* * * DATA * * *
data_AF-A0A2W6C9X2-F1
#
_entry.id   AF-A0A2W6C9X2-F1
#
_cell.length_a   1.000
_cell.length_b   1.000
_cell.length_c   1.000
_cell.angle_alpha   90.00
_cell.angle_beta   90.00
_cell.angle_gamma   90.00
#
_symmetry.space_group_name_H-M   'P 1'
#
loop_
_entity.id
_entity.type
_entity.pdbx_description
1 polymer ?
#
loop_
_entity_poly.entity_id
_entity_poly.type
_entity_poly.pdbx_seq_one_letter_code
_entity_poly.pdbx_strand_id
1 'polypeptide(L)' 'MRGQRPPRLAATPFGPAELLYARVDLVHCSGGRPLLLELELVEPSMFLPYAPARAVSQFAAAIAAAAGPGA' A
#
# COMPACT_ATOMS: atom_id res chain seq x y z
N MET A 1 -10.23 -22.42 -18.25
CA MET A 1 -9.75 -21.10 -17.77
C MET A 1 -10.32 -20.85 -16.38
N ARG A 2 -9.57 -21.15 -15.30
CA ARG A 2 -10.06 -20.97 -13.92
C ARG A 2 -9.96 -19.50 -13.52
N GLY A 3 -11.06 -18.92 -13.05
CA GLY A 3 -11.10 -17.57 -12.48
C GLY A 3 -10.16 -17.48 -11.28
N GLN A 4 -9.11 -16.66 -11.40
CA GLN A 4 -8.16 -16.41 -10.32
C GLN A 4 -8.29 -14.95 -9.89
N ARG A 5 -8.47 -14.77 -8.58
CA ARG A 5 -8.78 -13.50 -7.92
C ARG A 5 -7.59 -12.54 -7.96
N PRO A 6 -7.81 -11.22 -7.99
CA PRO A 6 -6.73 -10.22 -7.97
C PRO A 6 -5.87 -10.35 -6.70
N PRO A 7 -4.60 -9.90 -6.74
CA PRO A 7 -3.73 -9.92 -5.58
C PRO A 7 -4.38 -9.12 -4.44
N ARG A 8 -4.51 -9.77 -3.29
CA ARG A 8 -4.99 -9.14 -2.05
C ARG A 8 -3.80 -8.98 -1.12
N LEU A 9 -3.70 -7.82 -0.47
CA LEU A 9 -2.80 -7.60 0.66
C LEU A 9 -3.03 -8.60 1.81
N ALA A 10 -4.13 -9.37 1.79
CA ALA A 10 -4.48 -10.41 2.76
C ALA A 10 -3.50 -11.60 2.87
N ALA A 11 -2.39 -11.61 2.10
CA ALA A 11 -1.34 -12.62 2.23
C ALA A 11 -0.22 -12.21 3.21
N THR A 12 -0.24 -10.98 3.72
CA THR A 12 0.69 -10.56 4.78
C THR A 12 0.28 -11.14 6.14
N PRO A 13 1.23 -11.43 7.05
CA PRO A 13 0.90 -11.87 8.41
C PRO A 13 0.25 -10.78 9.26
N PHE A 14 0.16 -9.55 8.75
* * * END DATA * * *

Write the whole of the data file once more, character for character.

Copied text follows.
data_AF-A0A2W6C9X2-F1
#
_entry.id   AF-A0A2W6C9X2-F1
#
_cell.length_a   1.000
_cell.length_b   1.000
_cell.length_c   1.000
_cell.angle_alpha   90.00
_cell.angle_beta   90.00
_cell.angle_gamma   90.00
#
_symmetry.space_group_name_H-M   'P 1'
#
loop_
_entity.id
_entity.type
_entity.pdbx_description
1 polymer ?
#
loop_
_entity_poly.entity_id
_entity_poly.type
_entity_poly.pdbx_seq_one_letter_code
_entity_poly.pdbx_strand_id
1 'polypeptide(L)' 'MRGQRPPRLAATPFGPAELLYARVDLVHCSGGRPLLLELELVEPSMFLPYAPARAVSQFAAAIAAAAGPGA' A
#
# COMPACT_ATOMS: atom_id res chain seq x y z
N MET A 1 -10.23 -22.42 -18.25
CA MET A 1 -9.75 -21.10 -17.77
C MET A 1 -10.32 -20.85 -16.38
N ARG A 2 -9.57 -21.15 -15.30
CA ARG A 2 -10.06 -20.97 -13.92
C ARG A 2 -9.96 -19.50 -13.52
N GLY A 3 -11.06 -18.92 -13.05
CA GLY A 3 -11.10 -17.57 -12.48
C GLY A 3 -10.16 -17.48 -11.28
N GLN A 4 -9.11 -16.66 -11.40
CA GLN A 4 -8.16 -16.41 -10.32
C GLN A 4 -8.29 -14.95 -9.89
N ARG A 5 -8.47 -14.77 -8.58
CA ARG A 5 -8.78 -13.50 -7.92
C ARG A 5 -7.59 -12.54 -7.96
N PRO A 6 -7.81 -11.22 -7.99
CA PRO A 6 -6.73 -10.22 -7.97
C PRO A 6 -5.87 -10.35 -6.70
N PRO A 7 -4.60 -9.90 -6.74
CA PRO A 7 -3.73 -9.92 -5.58
C PRO A 7 -4.38 -9.12 -4.44
N ARG A 8 -4.51 -9.77 -3.29
CA ARG A 8 -4.99 -9.14 -2.05
C ARG A 8 -3.80 -8.98 -1.12
N LEU A 9 -3.70 -7.82 -0.47
CA LEU A 9 -2.80 -7.60 0.66
C LEU A 9 -3.03 -8.60 1.81
N ALA A 10 -4.13 -9.37 1.79
CA ALA A 10 -4.48 -10.41 2.76
C ALA A 10 -3.50 -11.60 2.87
N ALA A 11 -2.39 -11.61 2.10
CA ALA A 11 -1.34 -12.62 2.23
C ALA A 11 -0.22 -12.21 3.21
N THR A 12 -0.24 -10.98 3.72
CA THR A 12 0.69 -10.56 4.78
C THR A 12 0.28 -11.14 6.14
N PRO A 13 1.23 -11.43 7.05
CA PRO A 13 0.90 -11.87 8.41
C PRO A 13 0.25 -10.78 9.26
N PHE A 14 0.16 -9.55 8.75